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2015WinterShotcreteEMag

encompassed the entire substructure including the wing walls, abutments, columns, and parapets. Each of the 36 bridges crossed two-lane streets, had three piers, and 15 columns. The trail also crossed five arterial streets, each with four lanes of traffic. At these locations there were four piers and 20 columns. At the longest bridge crossing, Humboldt Park Boulevard, it crossed six lanes of traffic, and there were 11 piers and 33 columns (Fig. 2). Challenges Upon commencement of the project, ACR realized that the bridges were in far worse condi- tion than shown on the plans. Quantities imme- diately began increasing, as did the depths of the repairs, due to the fact that these walls were Fig. 1: Repair areas were found to be not only much larger in the field but constructed with 1 in. (25 mm) unwashed river also deeper than was called out on the plans and also lacking any rock aggregate and without reinforcing steel. It reinforcing bar was imperative to maintain excellent communica- tion with the general contractor and the owner’s engineers to verify work to be done and any additional repair steps to be taken, such as the addition of reinforcing bar, shoring, and identi- fying areas of complete deterioration requiring full replacement. Because all the bridges are in close proximity to residences, schools, daycare centers, parks, dog parks, small businesses, and main thorough- fares, some special precautions had to be taken to protect private property and also to protect the heavy pedestrian and motor traffic that trav- elled through these areas. Along this 2.67 mile (4.29 km) jobsite, ACR encountered numerous neighborhoods encompassing various demo- graphics. Many work zones were located adjacent to schools, requiring ACR to use extreme caution when conducting repairs and moving machinery in close proximity to young children who are Fig. 2: Repaired 11 piers spanning 250 ft (76.2 m) over six lanes of traffic often unaware of their surroundings and the dangers of a construction zone. Due to the congestion of the work area and the proximity to neighboring homes, parks, and schools, ACR sandblasted with water to keep dust to a minimum. ACR also cleaned up their work area at the end of every day to prework conditions, thus leaving the neighborhood safe for pedestrians and vehicle traffic (Fig. 3). As the bridges provided the only means of travel for residents from one side of the trail to the other, ACR had to phase its work at the bridge locations, keeping one lane of traffic and one sidewalk open at all times. ACR encountered both winter and summer conditions during the course of the project. This change in environment called for different approaches to quality control. When starting the project in late October, the cold temperatures of the infamous 2013-2014 Chicago winter were Fig. 3: ACI Certified Nozzleman shotcreting newly-reinforced repair areas Shotcrete • Winter 2015 31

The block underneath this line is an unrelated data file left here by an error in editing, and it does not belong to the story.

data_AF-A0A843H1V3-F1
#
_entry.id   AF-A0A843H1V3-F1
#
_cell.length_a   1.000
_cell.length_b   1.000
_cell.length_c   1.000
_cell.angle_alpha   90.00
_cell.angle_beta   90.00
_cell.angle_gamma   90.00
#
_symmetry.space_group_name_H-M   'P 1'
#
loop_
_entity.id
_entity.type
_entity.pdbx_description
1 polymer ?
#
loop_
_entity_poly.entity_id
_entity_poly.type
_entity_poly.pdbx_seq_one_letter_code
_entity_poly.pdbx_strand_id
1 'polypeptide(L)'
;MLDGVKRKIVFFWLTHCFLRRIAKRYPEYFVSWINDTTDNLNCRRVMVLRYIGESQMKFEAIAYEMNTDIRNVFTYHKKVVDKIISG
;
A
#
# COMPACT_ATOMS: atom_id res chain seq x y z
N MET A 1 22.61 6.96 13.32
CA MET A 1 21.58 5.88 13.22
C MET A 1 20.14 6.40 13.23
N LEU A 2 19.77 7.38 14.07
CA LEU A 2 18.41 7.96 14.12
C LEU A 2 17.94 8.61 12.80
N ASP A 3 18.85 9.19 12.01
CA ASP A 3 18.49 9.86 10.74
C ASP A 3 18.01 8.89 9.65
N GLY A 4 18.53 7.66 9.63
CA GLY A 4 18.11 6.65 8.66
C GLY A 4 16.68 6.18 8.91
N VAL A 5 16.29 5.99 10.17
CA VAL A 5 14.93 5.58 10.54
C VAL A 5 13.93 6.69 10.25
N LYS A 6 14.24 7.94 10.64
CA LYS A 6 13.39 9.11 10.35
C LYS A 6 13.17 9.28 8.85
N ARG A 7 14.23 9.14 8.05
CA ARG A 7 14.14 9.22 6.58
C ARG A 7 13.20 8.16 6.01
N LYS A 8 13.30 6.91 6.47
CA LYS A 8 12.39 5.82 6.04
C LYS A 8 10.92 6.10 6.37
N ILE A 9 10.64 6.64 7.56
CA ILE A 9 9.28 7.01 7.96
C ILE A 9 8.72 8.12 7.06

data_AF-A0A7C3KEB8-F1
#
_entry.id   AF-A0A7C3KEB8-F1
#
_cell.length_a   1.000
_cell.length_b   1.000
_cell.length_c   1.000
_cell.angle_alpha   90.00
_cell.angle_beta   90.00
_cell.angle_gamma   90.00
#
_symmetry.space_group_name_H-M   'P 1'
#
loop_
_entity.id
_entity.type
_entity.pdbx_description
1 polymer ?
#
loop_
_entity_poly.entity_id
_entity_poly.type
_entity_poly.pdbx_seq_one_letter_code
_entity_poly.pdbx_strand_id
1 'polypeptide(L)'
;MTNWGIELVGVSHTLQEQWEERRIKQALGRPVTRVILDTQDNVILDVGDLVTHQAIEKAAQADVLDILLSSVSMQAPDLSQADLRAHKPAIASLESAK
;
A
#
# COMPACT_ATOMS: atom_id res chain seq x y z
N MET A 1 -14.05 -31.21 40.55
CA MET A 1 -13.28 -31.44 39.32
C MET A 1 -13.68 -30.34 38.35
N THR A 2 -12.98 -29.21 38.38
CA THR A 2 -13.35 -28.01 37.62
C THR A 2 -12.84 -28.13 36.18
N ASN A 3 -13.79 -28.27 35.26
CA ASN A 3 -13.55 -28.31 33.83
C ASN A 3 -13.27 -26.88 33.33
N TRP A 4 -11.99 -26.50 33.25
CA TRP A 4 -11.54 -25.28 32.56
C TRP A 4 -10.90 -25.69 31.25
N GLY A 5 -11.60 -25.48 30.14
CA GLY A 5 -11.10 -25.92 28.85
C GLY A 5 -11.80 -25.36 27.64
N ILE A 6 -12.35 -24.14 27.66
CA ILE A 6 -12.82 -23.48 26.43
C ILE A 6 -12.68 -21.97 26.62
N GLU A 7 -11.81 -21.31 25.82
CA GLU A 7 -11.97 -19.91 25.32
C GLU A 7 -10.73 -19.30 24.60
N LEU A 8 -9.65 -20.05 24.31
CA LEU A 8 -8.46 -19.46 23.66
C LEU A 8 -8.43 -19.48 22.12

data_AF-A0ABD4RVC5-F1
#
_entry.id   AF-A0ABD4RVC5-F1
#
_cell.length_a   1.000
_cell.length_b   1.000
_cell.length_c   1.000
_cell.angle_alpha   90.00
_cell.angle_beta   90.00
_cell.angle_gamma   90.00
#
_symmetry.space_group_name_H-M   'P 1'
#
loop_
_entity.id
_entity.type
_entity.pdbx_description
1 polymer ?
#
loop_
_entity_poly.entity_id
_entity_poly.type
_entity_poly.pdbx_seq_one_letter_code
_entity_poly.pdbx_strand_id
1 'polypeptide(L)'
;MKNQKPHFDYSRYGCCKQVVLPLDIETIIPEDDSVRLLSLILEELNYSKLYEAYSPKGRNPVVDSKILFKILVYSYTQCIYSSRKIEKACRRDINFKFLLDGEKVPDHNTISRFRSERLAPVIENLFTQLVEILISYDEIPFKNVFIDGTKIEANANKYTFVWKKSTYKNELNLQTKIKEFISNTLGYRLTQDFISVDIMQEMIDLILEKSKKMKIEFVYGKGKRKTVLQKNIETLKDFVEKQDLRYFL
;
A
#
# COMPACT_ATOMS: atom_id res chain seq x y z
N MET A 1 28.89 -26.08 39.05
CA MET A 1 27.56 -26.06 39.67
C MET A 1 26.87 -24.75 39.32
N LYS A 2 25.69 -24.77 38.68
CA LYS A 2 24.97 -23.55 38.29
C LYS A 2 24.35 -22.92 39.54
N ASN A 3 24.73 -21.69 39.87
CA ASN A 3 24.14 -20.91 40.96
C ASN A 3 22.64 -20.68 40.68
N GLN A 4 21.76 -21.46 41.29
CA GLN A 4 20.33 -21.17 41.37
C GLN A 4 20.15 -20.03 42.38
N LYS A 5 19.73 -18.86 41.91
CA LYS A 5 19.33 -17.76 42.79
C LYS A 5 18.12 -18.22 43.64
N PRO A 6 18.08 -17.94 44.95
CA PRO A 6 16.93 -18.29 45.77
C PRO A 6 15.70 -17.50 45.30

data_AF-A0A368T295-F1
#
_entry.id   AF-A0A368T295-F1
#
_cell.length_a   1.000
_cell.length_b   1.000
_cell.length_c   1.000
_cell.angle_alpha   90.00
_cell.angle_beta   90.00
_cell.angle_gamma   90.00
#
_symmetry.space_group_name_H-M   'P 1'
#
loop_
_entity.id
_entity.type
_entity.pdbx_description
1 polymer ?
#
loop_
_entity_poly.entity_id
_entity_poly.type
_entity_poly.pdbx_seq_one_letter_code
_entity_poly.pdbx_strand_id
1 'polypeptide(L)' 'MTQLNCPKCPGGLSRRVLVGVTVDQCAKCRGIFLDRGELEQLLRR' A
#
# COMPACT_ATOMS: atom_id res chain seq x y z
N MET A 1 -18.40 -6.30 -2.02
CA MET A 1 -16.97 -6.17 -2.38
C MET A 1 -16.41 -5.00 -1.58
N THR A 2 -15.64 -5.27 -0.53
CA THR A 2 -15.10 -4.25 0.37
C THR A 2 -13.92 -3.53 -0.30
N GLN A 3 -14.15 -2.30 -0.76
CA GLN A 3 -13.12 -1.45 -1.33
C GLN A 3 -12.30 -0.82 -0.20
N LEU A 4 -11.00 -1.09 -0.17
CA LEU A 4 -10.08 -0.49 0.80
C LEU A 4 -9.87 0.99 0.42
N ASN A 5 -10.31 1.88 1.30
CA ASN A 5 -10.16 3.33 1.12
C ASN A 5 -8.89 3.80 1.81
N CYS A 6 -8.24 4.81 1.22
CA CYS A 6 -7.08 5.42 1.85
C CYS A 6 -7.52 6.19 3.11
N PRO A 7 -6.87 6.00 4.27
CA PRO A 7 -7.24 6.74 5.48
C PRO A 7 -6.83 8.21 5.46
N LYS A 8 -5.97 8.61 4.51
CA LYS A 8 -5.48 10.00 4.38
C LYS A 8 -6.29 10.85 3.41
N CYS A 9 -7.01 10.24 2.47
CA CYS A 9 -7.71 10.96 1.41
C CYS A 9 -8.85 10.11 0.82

2015WinterShotcreteEMag
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